The hunt is on- Adaptations of the Weddell seal
The Weddell Seal (Leptonychotes weddellii) is an abundant, non threatened species of seal and is one of the six species of seal that live in Antarctica, and amongst the four which are are specialists in ice-habitats. This seal has captured the imagination of many people with its large eyes and its chubby ‘bean-bag’ like body, but under the water they are one of the most efficient predators within the extreme environment of Antarctica.
It is the most southern dwelling mammal and inhabits coastal circumpolar fast ice, which exposes it to air temperatures of -10 to -60°C, and sea water temperatures around -1.8°C. Due to feeding beneath the ice, its diet comprises mostly of fish, prawns and octopus.
To feed in the water under the ice, this Seal has developed specific adaptations which allow it to access, see and capture its prey efficiently in order to survive.
Diving and Gnawing…far from boring
With a streamlined body, the Seal is able to manoeuvre through the water and its thermally efficient skin and blubber layer make it a highly effective diving predator. Submersion can often extend for up to 80 minutes on a single breath, allowing hunt distances as far as 5km from a ‘breathing hole’. Even with dive times less than 25 minutes, the Seal is capable of diving between 100 and 350m with record depths around 700m.
A ‘breathing hole’ is a crack in the ice which enables the Seal to haul out on the ice whilst having access the water below to hunt. These cracks are essential to these Seals as they facilitate their survival on the ice year round. During the warmer months, these cracks are more readily available, however, when the temperatures drop in the winter time, the holes freeze over. The Weddell seal then maintains the hole using its teeth. To do this, the seal opens its mouth and moves its head from side to side relatively vigorously. This method has a negative effect on the teeth and life of the seal and studies suggest that the condition of the teeth is correlated to the mortality of the adult Weddell seal.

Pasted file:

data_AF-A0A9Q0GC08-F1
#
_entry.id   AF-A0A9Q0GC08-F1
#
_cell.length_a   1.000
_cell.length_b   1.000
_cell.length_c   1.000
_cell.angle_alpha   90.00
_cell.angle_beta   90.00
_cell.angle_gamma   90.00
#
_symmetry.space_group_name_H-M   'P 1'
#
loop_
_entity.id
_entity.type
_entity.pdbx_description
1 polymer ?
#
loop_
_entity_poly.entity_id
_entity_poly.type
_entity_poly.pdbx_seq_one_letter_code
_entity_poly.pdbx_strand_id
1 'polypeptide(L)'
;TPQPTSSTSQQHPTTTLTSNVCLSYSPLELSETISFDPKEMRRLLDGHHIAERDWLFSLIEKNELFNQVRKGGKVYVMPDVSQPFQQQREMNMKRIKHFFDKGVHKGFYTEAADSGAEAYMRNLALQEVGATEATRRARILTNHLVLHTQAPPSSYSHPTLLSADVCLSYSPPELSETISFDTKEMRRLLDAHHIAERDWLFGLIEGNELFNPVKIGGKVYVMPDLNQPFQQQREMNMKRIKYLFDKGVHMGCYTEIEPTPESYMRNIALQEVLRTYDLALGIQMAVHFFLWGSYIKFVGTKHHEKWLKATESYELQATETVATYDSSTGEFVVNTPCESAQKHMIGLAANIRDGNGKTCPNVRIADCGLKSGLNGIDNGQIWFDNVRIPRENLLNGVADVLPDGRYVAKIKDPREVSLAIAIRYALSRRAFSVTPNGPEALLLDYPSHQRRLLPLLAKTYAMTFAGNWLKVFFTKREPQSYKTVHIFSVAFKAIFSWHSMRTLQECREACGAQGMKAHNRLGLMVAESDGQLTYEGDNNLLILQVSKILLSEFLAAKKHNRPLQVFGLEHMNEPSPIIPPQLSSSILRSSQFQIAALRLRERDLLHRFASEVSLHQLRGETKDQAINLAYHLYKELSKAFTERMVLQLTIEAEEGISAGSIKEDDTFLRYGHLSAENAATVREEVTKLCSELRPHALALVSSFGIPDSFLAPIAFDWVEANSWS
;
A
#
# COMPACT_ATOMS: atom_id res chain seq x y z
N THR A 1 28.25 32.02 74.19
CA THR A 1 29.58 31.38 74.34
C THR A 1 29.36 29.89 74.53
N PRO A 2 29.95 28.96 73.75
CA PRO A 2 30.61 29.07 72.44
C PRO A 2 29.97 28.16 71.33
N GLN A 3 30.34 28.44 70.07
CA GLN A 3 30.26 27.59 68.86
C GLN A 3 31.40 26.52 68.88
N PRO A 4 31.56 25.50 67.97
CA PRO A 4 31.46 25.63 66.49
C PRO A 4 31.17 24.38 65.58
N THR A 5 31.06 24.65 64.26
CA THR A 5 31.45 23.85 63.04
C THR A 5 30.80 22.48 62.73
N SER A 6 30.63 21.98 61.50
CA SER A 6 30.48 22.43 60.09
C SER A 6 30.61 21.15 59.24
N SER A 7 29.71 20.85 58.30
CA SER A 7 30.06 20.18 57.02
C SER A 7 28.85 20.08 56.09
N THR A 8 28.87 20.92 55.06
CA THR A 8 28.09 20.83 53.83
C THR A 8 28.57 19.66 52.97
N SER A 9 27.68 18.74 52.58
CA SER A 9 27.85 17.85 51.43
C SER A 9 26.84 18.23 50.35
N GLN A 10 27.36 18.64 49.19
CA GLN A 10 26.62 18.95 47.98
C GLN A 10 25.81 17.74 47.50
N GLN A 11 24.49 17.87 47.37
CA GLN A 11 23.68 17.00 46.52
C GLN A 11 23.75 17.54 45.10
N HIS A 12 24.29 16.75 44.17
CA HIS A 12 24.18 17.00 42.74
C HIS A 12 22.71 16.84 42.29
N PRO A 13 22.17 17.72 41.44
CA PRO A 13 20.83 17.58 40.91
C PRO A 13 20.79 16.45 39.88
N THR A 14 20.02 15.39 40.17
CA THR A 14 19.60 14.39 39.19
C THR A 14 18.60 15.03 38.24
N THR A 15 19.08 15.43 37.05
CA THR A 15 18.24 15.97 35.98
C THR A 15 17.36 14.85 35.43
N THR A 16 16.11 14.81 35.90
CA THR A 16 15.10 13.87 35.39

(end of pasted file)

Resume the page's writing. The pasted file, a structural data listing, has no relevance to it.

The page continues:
A video of the ‘sawing action’ using teeth to maintain breathing holes
Sourced from: jessiefudge13
In order to hunt in low light conditions with an exposure to snow, wind and cold water, it has specially adapted eyes.
To protect the eyes against the ‘elements’ and salt of the water, it has a nictitating membrane. This membrane is similar to that of our domestic mammals but is more fundamental for the survival of the Seal due to its reliance on its vision for food intake.
At the back of the Seals eye, it has a tapetum layer which is identifiable as the glow you may see in a cats eyes during dim lighting. This layer aids the vision of the Seal during deep dives and in dim lighting which is most prevalent during the austral winter.
The bubbles the bubbles!!
-Once below the ice, the challenges of low lighting have been…
-are they using valuable air to do so? is this happening near air holes so can go back up for air?